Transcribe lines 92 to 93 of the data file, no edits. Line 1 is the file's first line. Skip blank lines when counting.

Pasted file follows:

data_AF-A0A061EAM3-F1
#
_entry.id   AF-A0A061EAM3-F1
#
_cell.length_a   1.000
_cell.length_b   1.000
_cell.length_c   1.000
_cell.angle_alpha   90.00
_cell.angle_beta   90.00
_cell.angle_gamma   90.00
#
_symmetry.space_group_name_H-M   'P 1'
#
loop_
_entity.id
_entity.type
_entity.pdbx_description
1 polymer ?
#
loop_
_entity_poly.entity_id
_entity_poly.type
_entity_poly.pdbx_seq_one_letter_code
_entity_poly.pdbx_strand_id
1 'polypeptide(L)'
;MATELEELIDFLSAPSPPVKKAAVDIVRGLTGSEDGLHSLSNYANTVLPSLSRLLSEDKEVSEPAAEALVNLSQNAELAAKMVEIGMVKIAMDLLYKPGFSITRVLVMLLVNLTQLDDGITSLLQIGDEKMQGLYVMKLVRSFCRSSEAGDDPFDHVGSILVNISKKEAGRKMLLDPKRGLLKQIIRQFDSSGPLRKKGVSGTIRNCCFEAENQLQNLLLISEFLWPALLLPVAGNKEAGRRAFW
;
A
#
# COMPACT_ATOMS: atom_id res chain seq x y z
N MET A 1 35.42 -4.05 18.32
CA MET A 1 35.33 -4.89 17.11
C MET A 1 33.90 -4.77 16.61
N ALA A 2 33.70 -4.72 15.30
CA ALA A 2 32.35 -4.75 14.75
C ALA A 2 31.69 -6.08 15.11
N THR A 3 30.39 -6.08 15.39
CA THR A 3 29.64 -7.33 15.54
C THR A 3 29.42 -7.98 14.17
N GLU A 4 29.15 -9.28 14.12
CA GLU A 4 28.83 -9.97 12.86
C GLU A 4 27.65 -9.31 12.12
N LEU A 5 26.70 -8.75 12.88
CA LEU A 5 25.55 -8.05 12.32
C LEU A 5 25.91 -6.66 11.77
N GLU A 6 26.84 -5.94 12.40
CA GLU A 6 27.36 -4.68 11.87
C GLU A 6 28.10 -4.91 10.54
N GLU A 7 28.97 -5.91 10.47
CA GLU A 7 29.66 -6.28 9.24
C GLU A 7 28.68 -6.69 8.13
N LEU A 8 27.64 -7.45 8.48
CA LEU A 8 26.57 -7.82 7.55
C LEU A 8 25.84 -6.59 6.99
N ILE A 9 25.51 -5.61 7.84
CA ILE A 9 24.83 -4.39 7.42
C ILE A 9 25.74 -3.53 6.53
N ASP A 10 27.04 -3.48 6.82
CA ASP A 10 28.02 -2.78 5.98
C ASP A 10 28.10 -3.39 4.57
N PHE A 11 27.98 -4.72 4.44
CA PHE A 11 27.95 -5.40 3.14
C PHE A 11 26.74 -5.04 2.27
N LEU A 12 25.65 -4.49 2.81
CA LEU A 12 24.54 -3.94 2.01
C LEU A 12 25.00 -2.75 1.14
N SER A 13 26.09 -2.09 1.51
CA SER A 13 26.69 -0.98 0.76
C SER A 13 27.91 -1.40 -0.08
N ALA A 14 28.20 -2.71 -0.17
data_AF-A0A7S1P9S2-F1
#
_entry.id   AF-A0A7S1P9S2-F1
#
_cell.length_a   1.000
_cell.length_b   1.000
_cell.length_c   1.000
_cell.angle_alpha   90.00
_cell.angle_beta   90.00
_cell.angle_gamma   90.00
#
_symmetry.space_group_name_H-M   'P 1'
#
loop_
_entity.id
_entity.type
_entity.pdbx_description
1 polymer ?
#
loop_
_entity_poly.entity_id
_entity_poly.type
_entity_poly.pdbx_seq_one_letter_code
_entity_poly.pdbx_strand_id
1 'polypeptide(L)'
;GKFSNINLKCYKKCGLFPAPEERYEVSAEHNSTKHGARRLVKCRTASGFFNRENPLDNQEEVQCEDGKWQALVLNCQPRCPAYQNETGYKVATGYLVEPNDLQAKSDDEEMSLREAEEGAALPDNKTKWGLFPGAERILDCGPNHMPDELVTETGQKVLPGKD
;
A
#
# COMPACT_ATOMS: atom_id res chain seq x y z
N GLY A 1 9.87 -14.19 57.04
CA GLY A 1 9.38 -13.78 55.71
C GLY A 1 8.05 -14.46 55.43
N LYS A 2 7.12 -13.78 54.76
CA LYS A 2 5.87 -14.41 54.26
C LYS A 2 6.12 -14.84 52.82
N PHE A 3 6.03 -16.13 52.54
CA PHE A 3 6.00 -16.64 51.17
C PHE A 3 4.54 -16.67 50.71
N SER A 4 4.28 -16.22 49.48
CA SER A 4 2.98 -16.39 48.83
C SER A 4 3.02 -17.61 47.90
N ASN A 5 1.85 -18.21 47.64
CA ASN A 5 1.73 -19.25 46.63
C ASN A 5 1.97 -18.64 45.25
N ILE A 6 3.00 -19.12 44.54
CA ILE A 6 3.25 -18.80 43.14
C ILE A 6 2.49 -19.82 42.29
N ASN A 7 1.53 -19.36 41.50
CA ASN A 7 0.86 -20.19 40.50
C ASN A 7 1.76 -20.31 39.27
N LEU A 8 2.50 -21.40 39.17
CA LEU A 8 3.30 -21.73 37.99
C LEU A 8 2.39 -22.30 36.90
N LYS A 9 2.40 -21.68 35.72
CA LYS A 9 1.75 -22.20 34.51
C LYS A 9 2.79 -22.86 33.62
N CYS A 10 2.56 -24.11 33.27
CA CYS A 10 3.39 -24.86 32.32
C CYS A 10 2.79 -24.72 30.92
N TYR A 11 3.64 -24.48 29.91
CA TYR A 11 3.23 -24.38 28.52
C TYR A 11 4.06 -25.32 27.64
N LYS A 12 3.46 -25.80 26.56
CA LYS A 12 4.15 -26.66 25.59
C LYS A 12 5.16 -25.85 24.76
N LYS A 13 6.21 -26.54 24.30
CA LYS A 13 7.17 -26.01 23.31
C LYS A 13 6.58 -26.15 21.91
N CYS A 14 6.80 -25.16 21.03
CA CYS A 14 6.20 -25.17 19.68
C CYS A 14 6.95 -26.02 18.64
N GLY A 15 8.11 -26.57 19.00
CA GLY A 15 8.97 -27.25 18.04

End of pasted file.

_entity_poly.type
_entity_poly.pdbx_seq_one_letter_code